One more thing to mention that fans of the series will be expecting is of course the difficulty level. I won’t lie to you – this game is tough. Nail-biting, controller-throwing, dog-kickingly frustrating in fact. Expect to struggle through the main levels with frequent game over screens, only to hit a brick wall every time you get to a major boss, which may take up to an hour of sheer hell before you beat it. There is a ‘hero’ difficulty option available which makes things easier, but if anything the game then feels TOO easy, almost like a normal games ‘Very Easy’ and ‘Insane’ difficulty modes, with nothing in-between. Of course you might like difficult games, and in that case you have my respect. Just don’t come looking for me when Ninja Gaiden 3: Razor’s Edge kicks your ass and takes your name.


Graphically the game is nothing special, looking like an early PS3/Xbox 360 game with a lack of detail on textures and some fairly boxy backgrounds. It doesn’t look shockingly bad or anything, however the beautiful cherry blossom bedecked backgrounds of the original game seem a long way away. At least the London level features the London Eye and a fairly accurate representation of the exterior of 10 Downing Street however which is one definite plus point in my opinion.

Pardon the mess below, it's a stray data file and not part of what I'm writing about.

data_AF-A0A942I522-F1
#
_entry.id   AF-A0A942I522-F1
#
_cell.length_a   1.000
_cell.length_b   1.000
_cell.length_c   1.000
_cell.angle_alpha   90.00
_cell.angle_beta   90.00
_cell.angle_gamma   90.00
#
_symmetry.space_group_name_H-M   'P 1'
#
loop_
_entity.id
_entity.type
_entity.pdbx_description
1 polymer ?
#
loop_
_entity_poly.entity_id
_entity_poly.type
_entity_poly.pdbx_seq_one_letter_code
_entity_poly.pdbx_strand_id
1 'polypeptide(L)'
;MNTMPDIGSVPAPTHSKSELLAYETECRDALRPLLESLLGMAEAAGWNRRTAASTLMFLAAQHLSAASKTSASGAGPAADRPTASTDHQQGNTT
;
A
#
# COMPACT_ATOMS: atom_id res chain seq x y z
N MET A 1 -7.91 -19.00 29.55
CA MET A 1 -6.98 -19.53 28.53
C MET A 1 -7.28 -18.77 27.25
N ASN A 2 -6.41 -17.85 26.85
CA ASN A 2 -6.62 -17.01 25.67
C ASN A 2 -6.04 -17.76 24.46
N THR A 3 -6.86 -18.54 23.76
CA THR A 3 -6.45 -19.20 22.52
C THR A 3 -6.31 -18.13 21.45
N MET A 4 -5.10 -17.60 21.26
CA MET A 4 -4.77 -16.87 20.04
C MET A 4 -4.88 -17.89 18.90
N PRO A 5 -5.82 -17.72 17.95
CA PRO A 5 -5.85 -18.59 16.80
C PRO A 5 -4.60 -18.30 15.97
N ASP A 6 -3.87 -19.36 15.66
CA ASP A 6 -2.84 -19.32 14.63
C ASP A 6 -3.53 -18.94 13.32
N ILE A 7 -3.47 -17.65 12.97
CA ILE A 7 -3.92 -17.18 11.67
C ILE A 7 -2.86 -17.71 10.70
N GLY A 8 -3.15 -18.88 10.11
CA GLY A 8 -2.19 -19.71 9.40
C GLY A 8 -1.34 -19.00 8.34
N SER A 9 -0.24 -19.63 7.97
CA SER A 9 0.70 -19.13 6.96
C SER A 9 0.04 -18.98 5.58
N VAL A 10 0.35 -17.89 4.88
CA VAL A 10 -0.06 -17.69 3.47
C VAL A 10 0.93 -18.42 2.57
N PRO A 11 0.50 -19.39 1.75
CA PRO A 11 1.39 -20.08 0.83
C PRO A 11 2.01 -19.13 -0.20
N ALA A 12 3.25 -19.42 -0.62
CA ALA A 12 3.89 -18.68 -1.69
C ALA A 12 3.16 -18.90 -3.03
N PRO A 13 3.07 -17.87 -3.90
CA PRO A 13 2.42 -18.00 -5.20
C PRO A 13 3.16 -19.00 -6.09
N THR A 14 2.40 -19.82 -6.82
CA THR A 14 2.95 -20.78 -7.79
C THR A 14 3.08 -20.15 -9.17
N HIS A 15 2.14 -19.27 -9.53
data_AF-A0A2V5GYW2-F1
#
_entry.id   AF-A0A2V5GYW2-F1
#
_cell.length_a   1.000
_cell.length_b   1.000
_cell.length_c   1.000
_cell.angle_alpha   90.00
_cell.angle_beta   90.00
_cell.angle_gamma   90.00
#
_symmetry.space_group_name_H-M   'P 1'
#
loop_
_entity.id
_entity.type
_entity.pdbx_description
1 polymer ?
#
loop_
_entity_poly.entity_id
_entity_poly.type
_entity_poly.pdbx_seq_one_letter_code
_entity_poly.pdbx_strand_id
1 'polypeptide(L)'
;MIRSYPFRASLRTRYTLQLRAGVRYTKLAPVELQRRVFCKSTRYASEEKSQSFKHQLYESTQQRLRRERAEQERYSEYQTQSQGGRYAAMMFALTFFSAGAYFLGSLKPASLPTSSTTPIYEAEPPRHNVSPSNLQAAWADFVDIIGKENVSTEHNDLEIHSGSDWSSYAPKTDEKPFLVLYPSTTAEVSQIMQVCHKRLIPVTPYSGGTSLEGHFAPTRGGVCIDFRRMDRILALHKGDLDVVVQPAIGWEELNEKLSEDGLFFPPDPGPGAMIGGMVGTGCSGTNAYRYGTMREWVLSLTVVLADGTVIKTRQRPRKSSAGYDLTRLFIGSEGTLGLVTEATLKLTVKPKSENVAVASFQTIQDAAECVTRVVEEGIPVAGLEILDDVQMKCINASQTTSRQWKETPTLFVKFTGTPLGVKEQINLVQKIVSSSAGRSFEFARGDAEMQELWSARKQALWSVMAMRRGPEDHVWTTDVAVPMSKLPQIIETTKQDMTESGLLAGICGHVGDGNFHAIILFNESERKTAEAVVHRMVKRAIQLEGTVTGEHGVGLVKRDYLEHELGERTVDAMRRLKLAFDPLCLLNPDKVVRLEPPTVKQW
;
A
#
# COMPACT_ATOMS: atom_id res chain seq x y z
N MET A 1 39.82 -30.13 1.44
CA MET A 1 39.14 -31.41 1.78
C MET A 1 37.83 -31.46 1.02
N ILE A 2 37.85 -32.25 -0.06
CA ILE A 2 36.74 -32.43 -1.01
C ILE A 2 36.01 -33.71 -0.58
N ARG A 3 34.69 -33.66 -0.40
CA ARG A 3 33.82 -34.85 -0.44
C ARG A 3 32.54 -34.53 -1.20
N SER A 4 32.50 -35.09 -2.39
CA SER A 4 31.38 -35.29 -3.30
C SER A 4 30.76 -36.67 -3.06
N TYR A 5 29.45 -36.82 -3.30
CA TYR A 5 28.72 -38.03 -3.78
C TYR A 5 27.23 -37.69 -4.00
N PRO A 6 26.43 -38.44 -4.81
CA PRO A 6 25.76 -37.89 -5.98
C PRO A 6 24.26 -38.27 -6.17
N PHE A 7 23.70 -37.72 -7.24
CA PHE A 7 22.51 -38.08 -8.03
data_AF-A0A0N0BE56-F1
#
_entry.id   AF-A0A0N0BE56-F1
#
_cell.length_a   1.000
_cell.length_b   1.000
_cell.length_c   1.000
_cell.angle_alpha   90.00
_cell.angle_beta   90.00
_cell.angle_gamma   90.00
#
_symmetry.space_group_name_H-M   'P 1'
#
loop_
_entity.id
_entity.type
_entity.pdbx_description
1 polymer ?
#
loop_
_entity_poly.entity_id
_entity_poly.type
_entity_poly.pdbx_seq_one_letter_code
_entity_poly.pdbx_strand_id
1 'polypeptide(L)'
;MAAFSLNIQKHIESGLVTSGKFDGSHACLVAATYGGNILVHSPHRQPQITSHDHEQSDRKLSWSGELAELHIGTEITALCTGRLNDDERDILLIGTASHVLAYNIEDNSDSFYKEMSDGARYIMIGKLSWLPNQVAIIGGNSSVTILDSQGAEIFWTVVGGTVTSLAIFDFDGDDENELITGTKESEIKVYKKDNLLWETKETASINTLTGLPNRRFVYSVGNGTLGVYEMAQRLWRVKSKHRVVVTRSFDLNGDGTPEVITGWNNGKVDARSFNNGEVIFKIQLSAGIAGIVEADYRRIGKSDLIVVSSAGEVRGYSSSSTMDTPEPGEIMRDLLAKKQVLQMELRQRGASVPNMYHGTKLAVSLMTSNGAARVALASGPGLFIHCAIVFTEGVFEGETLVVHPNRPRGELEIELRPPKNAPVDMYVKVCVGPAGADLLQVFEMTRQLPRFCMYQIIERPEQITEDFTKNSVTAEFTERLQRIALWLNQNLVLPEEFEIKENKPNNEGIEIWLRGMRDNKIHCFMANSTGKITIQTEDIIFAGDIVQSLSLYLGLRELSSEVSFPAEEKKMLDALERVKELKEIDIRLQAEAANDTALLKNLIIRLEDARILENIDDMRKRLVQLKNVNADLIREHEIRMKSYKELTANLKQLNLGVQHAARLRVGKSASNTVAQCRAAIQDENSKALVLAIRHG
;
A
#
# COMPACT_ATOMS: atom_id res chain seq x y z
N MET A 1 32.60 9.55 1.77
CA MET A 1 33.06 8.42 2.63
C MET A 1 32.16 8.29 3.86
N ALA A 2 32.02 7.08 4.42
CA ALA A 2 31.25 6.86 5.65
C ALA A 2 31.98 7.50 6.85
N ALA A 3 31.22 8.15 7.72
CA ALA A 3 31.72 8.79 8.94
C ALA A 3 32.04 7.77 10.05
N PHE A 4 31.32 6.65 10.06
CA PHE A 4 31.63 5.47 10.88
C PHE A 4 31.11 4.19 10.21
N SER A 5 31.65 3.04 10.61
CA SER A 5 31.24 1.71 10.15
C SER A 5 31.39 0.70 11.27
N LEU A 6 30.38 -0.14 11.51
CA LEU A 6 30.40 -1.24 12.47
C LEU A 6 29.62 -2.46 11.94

Overall, Ninja Gaiden 3: Razor’s Edge is a fairly predictable release. Whilst certainly an improvement on last year’s game in terms of its extra content, series trademark gore and upgrade options, it is still difficult to love. Yes, it’s a fairly basic hack and slash game and so set your expectations accordingly, but even within that genre this is fairly repetitive stuff. Workaday visuals and an unbalanced difficulty system also make it hard to recommend to anyone but real fans of the series. If you liked the older games and you come prepared for a challenge then by all means if you pick Ninja Gaiden 3: Razor’s Edge you will get some enjoyment out of it, but for the rest of us there are plenty more forgiving and entertaining games out there. 6/10 then, and let’s hope that the forthcoming Yaiba: Ninja Gaiden Z goes some way towards revitalizing the series.

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Mark Coupe

Mark Coupe

Writer at ZoKnowsGaming
I'm a UK based gamer, as well as being more obsessed with video games and Doctor Who that any adult has a right to be. I keep telling myself I will grow up one day, but certainly not if I can help it.
Mark Coupe